PART The Writing Process

In this section, you will write a paragraph giving instructions how to do or make something. First, answer these questions to see if you have learned the main points of Unit 2.

REVIEW QUESTIONS

I. Organization

• What are the two keys to writing clear instructions?

• What are some time-order transition signals?

2. Sentence Structure

• What is a compound sentence, and how is one punctuated?

• What are the meanings of and, but, or, and so in a compound sentence?

• What is a comma splice? What are two ways to correct a comma splice?

3. Grammar and Mechanics

• What are the five capitalization rules in Unit 2?

• What are the three comma rules in Unit 2?

Work by yourself.

1. Choose one of the topics below and write a paragraph about it.

2. Follow the same prewriting steps that you followed when you wrote about how to clean up your house after a party.

TOPIC SUGGESTIONS

How to prepare for an earthquake How to teach someone to swim How to play any game How to bargain in your country How to make__How to buy a used car

How to live on a small budget How to clean a house efficiently How to beat someone at_

How to put a crying baby to sleep How to have a safe vacation How to get a driver's license

STEP I:

Prewrite to Get Ideas

STEP 2:

Outline to Organize the Ideas

STEP 3:

Write the First Draft

(tennis, golf, chess, poker, etc.) How to quit smoking How to meet people in a new place How to impress a boy/girl on a first

How to prepare for a job interview

• Brainstorm a list of all the steps in your instructions.

• Review your brainstorming list. Cross out repeated and irrelevant ideas.

• Add a title and a topic sentence. Use this as your topic sentence:

It's easy to_if you follow these simple instructions.

(Your outline should look like the model on page 38.)

• Write the paragraph. Begin with your topic sentence, and add some time-order transition signals. Make your paragraph look like the model on page 34.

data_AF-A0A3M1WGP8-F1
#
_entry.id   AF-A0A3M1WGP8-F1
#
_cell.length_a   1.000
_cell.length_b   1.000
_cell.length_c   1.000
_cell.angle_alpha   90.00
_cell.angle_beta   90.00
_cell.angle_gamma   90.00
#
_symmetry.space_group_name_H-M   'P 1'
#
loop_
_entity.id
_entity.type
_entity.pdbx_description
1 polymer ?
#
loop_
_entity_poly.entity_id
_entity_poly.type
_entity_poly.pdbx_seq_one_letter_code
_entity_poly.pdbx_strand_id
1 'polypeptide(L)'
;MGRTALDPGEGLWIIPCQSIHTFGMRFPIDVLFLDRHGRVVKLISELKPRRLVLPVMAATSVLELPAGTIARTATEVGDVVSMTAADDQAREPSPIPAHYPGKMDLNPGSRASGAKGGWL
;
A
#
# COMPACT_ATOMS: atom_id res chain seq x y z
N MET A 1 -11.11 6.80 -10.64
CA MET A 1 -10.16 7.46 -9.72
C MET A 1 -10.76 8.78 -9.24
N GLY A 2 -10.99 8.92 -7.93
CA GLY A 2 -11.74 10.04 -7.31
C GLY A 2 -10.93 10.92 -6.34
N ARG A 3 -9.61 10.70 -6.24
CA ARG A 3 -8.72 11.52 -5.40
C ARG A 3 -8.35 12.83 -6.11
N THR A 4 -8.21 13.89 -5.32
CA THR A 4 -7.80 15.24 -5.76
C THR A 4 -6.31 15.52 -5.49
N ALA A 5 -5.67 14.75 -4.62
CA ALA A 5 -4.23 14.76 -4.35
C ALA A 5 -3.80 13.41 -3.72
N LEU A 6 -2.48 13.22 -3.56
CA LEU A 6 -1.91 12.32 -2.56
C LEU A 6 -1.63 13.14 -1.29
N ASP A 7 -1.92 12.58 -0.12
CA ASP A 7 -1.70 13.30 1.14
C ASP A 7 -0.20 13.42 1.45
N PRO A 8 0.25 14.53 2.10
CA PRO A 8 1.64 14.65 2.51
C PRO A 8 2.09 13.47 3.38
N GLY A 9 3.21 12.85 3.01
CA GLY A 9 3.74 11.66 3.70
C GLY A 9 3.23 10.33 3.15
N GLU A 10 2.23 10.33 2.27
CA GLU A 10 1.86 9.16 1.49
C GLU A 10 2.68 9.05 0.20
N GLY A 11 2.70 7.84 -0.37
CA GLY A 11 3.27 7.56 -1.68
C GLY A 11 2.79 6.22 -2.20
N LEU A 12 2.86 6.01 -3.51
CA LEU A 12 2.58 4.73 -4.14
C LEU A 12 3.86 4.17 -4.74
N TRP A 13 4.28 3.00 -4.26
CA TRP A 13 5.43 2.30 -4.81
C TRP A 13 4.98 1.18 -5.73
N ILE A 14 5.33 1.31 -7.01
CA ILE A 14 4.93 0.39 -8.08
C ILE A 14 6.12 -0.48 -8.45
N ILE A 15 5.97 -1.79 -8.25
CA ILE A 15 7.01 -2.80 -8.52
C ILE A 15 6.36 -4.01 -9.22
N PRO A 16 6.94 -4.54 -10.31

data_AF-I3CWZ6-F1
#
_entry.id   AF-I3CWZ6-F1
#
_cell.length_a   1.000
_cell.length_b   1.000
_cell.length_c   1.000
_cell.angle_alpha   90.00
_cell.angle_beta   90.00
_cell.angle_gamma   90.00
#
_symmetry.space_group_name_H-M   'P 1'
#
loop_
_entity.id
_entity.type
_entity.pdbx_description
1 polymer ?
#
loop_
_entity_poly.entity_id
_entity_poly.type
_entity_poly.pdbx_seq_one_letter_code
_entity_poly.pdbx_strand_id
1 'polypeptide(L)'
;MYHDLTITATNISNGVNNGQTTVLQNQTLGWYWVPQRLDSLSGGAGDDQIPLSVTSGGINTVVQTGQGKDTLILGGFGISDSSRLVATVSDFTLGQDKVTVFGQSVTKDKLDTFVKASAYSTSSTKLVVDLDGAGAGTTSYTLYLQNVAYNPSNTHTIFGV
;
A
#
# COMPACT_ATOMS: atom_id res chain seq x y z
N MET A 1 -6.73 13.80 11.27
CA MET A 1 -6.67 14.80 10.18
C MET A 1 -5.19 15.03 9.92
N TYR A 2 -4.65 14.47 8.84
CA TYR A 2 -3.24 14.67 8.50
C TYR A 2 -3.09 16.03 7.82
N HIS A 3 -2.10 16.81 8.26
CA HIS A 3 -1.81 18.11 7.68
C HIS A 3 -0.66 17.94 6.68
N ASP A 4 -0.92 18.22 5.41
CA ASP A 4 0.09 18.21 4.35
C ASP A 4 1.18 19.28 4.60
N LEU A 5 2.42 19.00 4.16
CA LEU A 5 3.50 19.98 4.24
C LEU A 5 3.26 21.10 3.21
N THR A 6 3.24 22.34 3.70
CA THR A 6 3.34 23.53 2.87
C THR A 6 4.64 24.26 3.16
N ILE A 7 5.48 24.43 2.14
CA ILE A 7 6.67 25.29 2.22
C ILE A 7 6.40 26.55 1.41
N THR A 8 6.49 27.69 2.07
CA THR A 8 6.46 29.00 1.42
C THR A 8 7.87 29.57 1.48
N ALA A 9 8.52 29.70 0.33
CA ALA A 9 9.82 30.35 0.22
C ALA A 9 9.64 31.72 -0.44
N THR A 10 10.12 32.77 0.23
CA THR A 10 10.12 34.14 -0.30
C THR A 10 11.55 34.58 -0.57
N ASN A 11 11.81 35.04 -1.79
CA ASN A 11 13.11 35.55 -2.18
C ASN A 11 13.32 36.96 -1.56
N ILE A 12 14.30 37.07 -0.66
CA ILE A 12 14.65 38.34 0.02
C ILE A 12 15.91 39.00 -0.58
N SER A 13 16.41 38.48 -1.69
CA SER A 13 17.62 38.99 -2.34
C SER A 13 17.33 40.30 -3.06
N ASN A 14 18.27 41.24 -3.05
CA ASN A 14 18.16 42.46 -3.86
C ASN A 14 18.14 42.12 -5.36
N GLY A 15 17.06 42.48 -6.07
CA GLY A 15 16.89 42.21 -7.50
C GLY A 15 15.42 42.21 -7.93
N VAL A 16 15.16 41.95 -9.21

• Use time order in your paragraph. Also, practice the capitalization rules. Include some names of streets, businesses, and buildings.

How to wrap and decorate a gift How to get an A in a class date

How to get an F in a class

STEP 4:

Edit the First Draft

Edit your paragraph with a partner as you have done before. Use the Paragraph Checklist on the next page.

PARAGRAPH CHECKLIST

FORM

Check the paragraph form. (Does the paragraph look like the model on page 4?)

ORGANIZATION

□ □ Does the paragraph begin with a topic sentence?

□ □ Are there time-order transition signals?

GRAMMAR AND MECHANICS

Is there a period at the end of all the sentences?

SENTENCE STRUCTURE

Check the sentences. Do they have at least one subject and one verb, and express a complete thought?

Does the paragraph contain both simple and compound sentences?

Check for comma splices.

STEP Si

Write the Final Draft

Write a neat final draft of your paragraph to hand in to your teachcr.

additional writing

1. Write a paragraph in which you explain how to make an outline. Refer to the outline in the box at the bottom of page 39. Use time order.

2. Write a paragraph in which you describe your morning or your evening routine. Use time order. Begin as follows:

My morning routine never varies. First, I get up at...

OR When I get home from school (work) at night, I follow the same routine. First, I ...

3. Write about a dramatic event in your life. This could be a bad experience such as a traffic accident or a happy experience such as the birth of a child. Use time order. Begin as follows:

I'll never forget the day (my daughter was born, we left our home forever, I was in a car accident, I broke my leg, etc.).

4. Write a paragraph about what you have learned in Unit 2.

The Process Academic Writing

Unit

Film Making

Film Making

If you have ever wanted the secrets to making your own film, here it is: Indy Film Insider Tips And Basics To Film Making. Have you ever wanted to make your own film? Is there a story you want to tell? You might even think that this is impossible. Studios make films, not the little guy. This is probably what you tell yourself. Do you watch films with more than a casual eye? You probably want to know how they were able to get perfect lighting in your favorite scene, or how to write a professional screenplay.

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